Hannah Pederson, Reporter
Nov. 8 seems months away, but as with any presidential race, the neverending coverage on multiple media platforms can make Election Day seem like The Incredibles sequel; people have been waiting and waiting and all of a sudden it’s here.
Candidates are locking down constituents in their respective party’s primaries, making all kinds of statements on their positions. A popular topic in this election seems to be revolving around college students, but some people question if the promises from candidates will be effective and whether they’ll follow through.
The number of frontrunning candidates has been dwindling fast, leaving Bernie Sanders and Hillary Clinton competing for the Democratic vote, and Donald Trump, Marco Rubio, Ted Cruz and John Kasich all vying for the endorsement of the Republican Party.
The policy that seems to have garnered the most controversy is Sander’s plan.
“As president, I will: make tuition free at public colleges and universities, lower student loan interest rates for current and future borrowers, ensure all children have access to a quality education by fighting to ensure equal access to educational resources,” Sanders said Dec. 30, 2015, in a statement he made on his Google+ page.
Pierce College Puyallup Business and Social Science Instructor John Lucas had some qualms regarding how Sanders will be able to follow through.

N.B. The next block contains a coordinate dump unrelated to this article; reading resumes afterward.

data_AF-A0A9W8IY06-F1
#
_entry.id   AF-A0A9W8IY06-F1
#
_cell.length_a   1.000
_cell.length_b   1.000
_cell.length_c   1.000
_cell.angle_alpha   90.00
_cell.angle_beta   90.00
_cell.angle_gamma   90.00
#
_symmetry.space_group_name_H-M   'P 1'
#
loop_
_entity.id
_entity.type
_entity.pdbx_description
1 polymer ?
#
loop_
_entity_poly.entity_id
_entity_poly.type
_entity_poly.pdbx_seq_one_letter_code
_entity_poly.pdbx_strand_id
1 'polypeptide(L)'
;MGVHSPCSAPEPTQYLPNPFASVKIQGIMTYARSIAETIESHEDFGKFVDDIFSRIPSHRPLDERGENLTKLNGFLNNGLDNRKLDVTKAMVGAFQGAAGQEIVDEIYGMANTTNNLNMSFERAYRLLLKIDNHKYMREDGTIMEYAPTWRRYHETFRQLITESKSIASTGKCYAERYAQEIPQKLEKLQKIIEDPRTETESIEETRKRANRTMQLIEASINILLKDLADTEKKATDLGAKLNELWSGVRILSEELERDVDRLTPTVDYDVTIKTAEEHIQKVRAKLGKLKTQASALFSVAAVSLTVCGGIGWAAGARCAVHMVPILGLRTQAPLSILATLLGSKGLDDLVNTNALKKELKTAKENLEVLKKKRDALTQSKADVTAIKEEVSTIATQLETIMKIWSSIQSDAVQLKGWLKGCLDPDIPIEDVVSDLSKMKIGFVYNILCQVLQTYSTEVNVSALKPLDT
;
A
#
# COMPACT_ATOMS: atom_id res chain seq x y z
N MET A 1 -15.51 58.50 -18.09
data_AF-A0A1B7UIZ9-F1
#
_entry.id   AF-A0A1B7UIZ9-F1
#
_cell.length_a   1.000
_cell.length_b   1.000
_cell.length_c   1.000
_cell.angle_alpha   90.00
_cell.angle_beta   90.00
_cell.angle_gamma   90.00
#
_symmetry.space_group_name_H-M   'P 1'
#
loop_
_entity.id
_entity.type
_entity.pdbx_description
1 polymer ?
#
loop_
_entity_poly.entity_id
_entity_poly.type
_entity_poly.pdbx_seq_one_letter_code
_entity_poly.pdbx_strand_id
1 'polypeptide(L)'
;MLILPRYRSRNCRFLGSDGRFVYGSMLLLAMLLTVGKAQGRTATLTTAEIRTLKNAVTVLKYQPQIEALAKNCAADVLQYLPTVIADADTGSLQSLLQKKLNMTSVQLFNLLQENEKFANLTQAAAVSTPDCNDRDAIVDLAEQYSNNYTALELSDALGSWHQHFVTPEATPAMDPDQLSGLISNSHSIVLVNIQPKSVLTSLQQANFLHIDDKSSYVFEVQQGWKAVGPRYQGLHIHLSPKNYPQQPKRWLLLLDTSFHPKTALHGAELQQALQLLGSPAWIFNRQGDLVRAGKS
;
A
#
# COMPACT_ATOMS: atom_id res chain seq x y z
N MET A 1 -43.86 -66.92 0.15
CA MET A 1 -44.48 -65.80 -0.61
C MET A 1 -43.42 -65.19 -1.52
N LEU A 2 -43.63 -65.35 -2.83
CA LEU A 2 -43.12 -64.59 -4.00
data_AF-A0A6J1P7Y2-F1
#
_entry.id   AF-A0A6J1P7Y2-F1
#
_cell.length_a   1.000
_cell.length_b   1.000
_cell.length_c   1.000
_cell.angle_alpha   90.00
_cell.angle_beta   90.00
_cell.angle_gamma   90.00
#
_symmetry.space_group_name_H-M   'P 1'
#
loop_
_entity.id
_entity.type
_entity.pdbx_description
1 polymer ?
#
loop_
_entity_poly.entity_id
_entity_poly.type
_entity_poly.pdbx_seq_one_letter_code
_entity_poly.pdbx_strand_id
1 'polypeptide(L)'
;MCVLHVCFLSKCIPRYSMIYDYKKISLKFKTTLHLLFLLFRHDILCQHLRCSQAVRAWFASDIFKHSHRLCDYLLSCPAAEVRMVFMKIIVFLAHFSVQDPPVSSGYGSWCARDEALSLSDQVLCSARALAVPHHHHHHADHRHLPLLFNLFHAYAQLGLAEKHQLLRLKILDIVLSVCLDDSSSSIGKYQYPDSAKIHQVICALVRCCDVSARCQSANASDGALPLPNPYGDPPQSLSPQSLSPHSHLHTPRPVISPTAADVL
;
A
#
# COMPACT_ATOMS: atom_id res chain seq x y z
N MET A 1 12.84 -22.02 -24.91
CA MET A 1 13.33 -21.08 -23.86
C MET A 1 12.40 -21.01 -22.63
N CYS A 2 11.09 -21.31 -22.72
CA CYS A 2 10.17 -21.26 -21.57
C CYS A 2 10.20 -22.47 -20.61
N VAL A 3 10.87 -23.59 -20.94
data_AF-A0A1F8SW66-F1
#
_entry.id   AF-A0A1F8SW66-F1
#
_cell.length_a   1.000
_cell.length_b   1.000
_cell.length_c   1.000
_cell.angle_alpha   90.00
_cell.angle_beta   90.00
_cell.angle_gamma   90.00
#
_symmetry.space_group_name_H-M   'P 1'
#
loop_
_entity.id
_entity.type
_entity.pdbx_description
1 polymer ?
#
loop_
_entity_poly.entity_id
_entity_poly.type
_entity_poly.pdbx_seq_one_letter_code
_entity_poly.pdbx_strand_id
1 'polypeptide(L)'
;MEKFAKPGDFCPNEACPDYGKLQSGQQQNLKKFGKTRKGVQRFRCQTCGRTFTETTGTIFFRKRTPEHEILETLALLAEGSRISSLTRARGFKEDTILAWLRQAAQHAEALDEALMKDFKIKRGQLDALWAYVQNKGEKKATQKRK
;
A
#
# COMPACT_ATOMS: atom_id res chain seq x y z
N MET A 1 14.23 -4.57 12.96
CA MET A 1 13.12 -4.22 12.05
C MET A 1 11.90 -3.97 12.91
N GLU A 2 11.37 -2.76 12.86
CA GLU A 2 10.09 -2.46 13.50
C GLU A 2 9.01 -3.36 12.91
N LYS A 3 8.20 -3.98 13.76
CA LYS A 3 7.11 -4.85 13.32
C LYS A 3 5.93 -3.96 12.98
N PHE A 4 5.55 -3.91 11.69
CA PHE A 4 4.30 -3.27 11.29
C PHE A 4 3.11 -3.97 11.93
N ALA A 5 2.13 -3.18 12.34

“I like the idea, but it’s like investing in anything,” Lucas said. “Spend money now to make money later, and that’s not appealing in a presidential campaign. Bernie Sanders plan is so big that it’s really hard for me to see a situation in the near future where he’d be able to get it through Congress.”
Clinton delivered a somewhat less radical plan that focuses on lowering interest rates when it comes to student loans, to around 2 percent. She’s also made statements regarding community college tuition, stating in April 2015 that it should be free for everyone, later to say it should only be free for “those who truly need it” in January 2016.
Both Democratic candidates have released in-depth financial plans that cover the cost of their goals regarding higher education and more, but both have been scrutinized for their viability.
On the other side of the spectrum, Trump has forced America to take him seriously. His stances on all relevant policies vary from day to day, looking at Trump’s official Twitter account.
Looking specifically at his beliefs in regards to higher education, Trump’s made several statements about student loans.
“I’m going to look into colleges…we’re going to do something with regard to really smart financing,” Trump said in February 2016 at a rally in Salem, N.H.
Trump has yet to provide a financial plan to back up his statements.
Rubio came out with an unusual plan for refinancing higher education, when compared to his peers. Rubio’s backing a bill with Representative Tom Petri of Wisconsin in which private investors would pay for all, or portions, of a student’s tuition, and later on they’d collect a portion of that student’s earnings for the amount of time that was agreed upon. This policy, which some might compare to the indentured servitude in the days of yore, could be considered viable.
“For Marco Rubio, I think he wants to be the kind of Republican where he can address the issues of the middle class, but through the private sector,” Lucas said.
Kasich has been scrutinizing the payrolls of college administrators, saying that he’s “concerned about the cost of higher education.”
Cruz has been putting his focus on K-12 education, ignoring higher education.
“If you don’t have a plan to help pay for (higher) education, it means students will have to come up with those resources themselves,” Lucas said.
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